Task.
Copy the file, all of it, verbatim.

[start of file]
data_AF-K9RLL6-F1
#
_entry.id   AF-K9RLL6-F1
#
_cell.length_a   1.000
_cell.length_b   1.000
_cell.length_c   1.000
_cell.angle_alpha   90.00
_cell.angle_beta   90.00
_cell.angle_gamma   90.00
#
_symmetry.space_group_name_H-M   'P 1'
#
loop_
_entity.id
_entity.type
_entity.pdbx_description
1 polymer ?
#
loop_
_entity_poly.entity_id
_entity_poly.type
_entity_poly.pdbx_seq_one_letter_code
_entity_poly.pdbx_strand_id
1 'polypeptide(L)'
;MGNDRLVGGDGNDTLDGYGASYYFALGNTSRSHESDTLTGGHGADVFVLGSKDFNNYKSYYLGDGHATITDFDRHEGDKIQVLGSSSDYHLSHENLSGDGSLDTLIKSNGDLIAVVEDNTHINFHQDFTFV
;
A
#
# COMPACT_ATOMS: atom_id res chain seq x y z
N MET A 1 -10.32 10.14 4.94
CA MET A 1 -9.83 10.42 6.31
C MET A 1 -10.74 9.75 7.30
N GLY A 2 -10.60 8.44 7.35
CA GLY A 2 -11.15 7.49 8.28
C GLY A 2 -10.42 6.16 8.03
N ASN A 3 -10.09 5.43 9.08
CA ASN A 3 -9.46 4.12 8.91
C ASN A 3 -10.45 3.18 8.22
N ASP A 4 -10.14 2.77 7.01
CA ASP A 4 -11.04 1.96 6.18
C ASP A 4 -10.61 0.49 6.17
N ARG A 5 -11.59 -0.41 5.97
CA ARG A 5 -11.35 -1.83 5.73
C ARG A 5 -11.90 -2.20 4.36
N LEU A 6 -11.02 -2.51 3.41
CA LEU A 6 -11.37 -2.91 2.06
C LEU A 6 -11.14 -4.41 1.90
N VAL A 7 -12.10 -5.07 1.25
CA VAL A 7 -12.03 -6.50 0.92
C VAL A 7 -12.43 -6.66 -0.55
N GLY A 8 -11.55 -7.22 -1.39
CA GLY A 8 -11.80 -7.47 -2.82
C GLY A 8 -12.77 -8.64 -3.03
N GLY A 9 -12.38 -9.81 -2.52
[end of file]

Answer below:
data_AF-K9RLL6-F1
#
_entry.id   AF-K9RLL6-F1
#
_cell.length_a   1.000
_cell.length_b   1.000
_cell.length_c   1.000
_cell.angle_alpha   90.00
_cell.angle_beta   90.00
_cell.angle_gamma   90.00
#
_symmetry.space_group_name_H-M   'P 1'
#
loop_
_entity.id
_entity.type
_entity.pdbx_description
1 polymer ?
#
loop_
_entity_poly.entity_id
_entity_poly.type
_entity_poly.pdbx_seq_one_letter_code
_entity_poly.pdbx_strand_id
1 'polypeptide(L)'
;MGNDRLVGGDGNDTLDGYGASYYFALGNTSRSHESDTLTGGHGADVFVLGSKDFNNYKSYYLGDGHATITDFDRHEGDKIQVLGSSSDYHLSHENLSGDGSLDTLIKSNGDLIAVVEDNTHINFHQDFTFV
;
A
#
# COMPACT_ATOMS: atom_id res chain seq x y z
N MET A 1 -10.32 10.14 4.94
CA MET A 1 -9.83 10.42 6.31
C MET A 1 -10.74 9.75 7.30
N GLY A 2 -10.60 8.44 7.35
CA GLY A 2 -11.15 7.49 8.28
C GLY A 2 -10.42 6.16 8.03
N ASN A 3 -10.09 5.43 9.08
CA ASN A 3 -9.46 4.12 8.91
C ASN A 3 -10.45 3.18 8.22
N ASP A 4 -10.14 2.77 7.01
CA ASP A 4 -11.04 1.96 6.18
C ASP A 4 -10.61 0.49 6.17
N ARG A 5 -11.59 -0.41 5.97
CA ARG A 5 -11.35 -1.83 5.73
C ARG A 5 -11.90 -2.20 4.36
N LEU A 6 -11.02 -2.51 3.41
CA LEU A 6 -11.37 -2.91 2.06
C LEU A 6 -11.14 -4.41 1.90
N VAL A 7 -12.10 -5.07 1.25
CA VAL A 7 -12.03 -6.50 0.92
C VAL A 7 -12.43 -6.66 -0.55
N GLY A 8 -11.55 -7.22 -1.39
CA GLY A 8 -11.80 -7.47 -2.82
C GLY A 8 -12.77 -8.64 -3.03
N GLY A 9 -12.38 -9.81 -2.52